Our current sealing equipment does not operate at speeds fast enough to process

our workload.

Our request for voice mail expansion of $700,000 will

accommodate increases in the number of agency subscribers to the statewide

voice messaging system.

In conclusion, just as the utility uses many different components

to deliver electricity, OIT uses many components to deliver information. And

just as the utility needs to upgrade its equipment to keep the power going, OIT

needs to upgrade its equipment to sustain the infrastructure to deliver

information and services to the citizens.

Thank you, Madam Chairwoman and members of the Commission,

for your help and assistance. To get a hands-on look at our operations and see

our systems in action, I cordially invite each of you to tour our facilities. Feel

free to contact our office, and we will gladly make the arrangements.

At this time, I welcome any questions you have on our capital

budget request and any of the other issues that I have brought up in our


Thank you.

MS. MOLNAR: Any questions or comments?

Mr. McCabe.

MR. McCABE: A quick question. On the IT and communications

facility improvements, the $4.1 million, youíre talking about upgrading your

facilities to run a smoother operation. Whatís wrong with them now that you

need to-- Are we talking about roofs, or walls, or issues of that nature?


MR. DAWSON: I think Iíll have Chris answer that question.

C H R I S T O P H E R J. R E I N: Thank you.

This capital budget request is for the upgrading of the UPSís --

uninterruptable power sources -- as well as refrigerant and coolants, to provide

their cooling capacity for the data centers. These are engineered devices that

typically have life spans of five to seven years. Currently, I believe, the median

age for some of our cooling equipment and our UPS systems are about five to

5.5 years. So, taking a look at when this capital funding would be available,

they would be at the end of their recommended service lives. These are,

basically, moving parts. Theyíre air conditioners, and theyíre transformers and

batteries that have physical life spans, limitations.

MR. McCABE: Thank you.

MS. MOLNAR: I had a question about outsourcing. There was

a small article in Business Week saying that state governments, including New

Jersey, are outsourcing IT work to contractors that are using overseas labor. Is

that true?

MR. DAWSON: Well, thatís certainly an issue thatís come up

among a number of states. Itís a relatively standard practice in the private

sector. We have, I believe, limited the amount of outsourcing that takes place,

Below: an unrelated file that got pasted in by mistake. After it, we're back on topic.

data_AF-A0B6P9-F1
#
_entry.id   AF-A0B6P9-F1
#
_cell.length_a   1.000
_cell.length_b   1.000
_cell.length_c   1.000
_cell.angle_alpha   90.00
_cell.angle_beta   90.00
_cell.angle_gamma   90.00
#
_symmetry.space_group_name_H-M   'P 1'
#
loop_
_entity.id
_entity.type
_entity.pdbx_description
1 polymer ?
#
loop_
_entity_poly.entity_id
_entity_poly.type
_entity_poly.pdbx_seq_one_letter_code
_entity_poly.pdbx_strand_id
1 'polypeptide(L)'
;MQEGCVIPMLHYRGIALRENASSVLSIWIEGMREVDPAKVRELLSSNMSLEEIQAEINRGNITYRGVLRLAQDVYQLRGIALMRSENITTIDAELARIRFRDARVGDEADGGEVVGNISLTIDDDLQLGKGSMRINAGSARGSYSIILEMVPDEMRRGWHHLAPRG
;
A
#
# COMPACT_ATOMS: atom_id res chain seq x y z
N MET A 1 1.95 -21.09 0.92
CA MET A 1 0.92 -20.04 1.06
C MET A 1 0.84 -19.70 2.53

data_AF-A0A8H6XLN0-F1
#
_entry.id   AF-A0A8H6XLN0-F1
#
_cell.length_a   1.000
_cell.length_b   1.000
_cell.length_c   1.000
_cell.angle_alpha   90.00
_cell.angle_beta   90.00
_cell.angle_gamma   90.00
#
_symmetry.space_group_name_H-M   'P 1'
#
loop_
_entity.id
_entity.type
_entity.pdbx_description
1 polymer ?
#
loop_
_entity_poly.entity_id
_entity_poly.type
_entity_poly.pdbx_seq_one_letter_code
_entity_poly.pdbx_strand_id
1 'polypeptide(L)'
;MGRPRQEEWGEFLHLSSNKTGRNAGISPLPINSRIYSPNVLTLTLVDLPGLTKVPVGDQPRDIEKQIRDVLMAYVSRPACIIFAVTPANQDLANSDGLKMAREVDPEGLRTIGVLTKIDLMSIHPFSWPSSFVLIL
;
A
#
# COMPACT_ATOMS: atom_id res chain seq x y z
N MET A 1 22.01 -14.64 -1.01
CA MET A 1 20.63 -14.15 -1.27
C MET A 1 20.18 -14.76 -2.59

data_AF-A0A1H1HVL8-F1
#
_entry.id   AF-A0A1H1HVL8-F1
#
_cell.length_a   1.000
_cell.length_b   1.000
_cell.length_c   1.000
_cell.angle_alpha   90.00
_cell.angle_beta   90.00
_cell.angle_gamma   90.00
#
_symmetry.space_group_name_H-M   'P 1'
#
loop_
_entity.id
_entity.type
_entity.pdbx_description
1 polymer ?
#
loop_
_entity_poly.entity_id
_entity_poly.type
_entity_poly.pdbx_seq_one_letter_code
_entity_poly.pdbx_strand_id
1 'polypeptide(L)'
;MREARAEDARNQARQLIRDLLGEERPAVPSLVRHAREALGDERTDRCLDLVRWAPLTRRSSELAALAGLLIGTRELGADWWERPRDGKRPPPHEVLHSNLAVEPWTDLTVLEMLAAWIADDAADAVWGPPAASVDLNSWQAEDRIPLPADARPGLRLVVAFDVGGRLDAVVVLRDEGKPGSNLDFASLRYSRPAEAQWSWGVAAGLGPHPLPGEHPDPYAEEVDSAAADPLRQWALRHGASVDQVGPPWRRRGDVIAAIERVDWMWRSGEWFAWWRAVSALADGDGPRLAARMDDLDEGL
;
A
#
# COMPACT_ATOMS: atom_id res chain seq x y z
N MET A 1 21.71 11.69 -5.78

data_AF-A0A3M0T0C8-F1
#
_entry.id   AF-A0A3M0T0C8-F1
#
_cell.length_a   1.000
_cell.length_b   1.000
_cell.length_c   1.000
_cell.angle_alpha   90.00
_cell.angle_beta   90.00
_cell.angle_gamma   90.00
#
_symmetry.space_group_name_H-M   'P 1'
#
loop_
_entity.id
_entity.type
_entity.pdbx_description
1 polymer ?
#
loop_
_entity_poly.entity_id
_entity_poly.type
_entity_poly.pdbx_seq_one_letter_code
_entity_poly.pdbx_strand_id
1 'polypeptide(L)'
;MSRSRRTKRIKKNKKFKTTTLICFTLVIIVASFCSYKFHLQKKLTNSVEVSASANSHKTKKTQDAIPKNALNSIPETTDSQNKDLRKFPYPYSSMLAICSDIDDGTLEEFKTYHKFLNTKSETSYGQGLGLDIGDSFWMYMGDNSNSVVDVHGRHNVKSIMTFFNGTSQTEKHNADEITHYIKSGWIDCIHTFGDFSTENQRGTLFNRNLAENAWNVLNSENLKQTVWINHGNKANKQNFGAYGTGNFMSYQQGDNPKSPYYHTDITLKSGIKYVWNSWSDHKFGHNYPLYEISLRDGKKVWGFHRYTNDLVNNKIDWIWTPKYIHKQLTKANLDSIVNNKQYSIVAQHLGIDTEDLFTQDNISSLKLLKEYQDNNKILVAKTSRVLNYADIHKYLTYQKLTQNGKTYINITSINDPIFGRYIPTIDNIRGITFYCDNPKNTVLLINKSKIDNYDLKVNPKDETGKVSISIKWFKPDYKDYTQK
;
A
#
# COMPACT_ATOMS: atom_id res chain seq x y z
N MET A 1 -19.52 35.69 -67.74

as far as OIT is concerned. Some of the departments and agencies have used

certain levels of outsource contracts. Some of that we call, sort of, body shop

type of work. So there is a certain amount of outsourcing, but we principally

have tried to do as much within the context of our State staffing and other


MS. MOLNAR: Thatís good to know.


Any other questions or--


MS. MESSENGER-GAULT: A few of your projects, particularly

some of the upgrades-- It talks about the need for increased operating costs.

Shouldnít the upgrades increase efficiency, reduce breakdowns, and tech support

needs, and save us money?

MR. DAWSON: Iíll answer generally about that, and then Iíll ask

Tom Pierson to follow up with a little bit more detail.

Certainly, information technology has done a tremendous amount

in terms of increasing efficiency. And I might point out that even with the

Office of Information Technology, itself, about two years ago, we had 1,100

employees. We now have under 1,000 employees. So weíre taking that to

heart, ourselves, in terms of increasing efficiency, even in our operations.

But along with that, as I pointed out in my initial comments, the

amount of utilization thatís going on, with regard to citizens and employees, has

dramatically increased our need for these additional services.

Tom, would you like to speak to the specifics?

T H O M A S G. P I E R S O N: Yes.

Like anything else that we look at, we look at efficiencies, we look

at cost avoidance, we look at equipment thatís reaching end of life, similar to

the question with the last -- courts and their software programs. We look to see

where things are going to reach end of life and we need to replace, just like

hardware with batteries and uninterruptable power supplies. We also increase

capacities, and increase as work loads increase and to add applications. We

need to address the capacity of the network, and the facilities, and everything


we do so that these new applications can run without degrading, or without

degrading existing obligations.

MS. MESSENGER-GAULT: So is this increased operating cost


MR. DAWSON: Well, weíre not actually talking about staff here

in our request, since this is actually a capital request.

MS. MESSENGER-GAULT: Right, but it says youíre going to

increase operating cost. So the operating cost increases staffing, or some other


MR. DAWSON: Actually, our staffing has been decreasing. So

weíre not actually asking for it.

MS. MESSENGER-GAULT: What are the components of the

operating cost increase?

MR. DAWSON: I beg your pardon?